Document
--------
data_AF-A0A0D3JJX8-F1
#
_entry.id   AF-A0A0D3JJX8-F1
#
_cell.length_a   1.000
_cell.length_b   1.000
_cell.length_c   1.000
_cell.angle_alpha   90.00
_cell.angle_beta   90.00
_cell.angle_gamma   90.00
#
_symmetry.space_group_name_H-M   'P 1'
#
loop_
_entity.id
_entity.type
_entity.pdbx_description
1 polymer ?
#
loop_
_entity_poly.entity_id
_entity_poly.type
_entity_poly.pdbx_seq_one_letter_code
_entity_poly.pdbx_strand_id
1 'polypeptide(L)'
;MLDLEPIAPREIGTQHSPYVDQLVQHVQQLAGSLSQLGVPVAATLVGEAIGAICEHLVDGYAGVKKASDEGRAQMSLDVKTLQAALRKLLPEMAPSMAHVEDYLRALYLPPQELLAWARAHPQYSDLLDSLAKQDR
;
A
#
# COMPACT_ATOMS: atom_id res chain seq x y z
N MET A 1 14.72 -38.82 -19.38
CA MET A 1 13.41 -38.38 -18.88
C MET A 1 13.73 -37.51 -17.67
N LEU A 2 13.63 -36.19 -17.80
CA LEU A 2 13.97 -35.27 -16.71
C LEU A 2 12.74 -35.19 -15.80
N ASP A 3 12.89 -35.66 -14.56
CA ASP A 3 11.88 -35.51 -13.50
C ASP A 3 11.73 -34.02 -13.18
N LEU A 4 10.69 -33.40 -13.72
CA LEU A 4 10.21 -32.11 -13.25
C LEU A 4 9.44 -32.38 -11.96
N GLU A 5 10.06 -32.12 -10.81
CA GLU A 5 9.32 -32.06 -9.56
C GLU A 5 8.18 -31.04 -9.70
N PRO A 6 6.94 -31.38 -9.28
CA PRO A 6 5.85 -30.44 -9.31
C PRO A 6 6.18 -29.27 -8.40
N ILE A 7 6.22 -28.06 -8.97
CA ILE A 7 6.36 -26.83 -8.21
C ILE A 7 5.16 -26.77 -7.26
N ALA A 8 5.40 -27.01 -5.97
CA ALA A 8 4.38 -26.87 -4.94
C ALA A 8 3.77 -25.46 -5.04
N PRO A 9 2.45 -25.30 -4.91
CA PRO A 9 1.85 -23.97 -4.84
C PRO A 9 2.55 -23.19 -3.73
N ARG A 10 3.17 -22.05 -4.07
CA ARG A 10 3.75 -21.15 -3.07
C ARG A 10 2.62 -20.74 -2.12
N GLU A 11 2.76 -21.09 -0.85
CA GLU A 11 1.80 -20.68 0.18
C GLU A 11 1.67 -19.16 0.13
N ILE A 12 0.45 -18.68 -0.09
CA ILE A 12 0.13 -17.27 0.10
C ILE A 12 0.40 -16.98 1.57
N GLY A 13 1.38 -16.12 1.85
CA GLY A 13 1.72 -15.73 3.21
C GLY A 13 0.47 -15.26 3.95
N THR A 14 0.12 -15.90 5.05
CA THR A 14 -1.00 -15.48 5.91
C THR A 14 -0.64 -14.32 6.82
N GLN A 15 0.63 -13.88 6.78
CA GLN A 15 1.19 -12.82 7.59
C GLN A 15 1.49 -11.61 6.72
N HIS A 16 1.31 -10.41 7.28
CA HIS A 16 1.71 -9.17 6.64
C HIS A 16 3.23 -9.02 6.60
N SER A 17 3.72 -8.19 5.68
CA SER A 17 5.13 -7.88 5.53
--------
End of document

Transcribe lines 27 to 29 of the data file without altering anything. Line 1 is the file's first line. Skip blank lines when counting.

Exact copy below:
;
A
#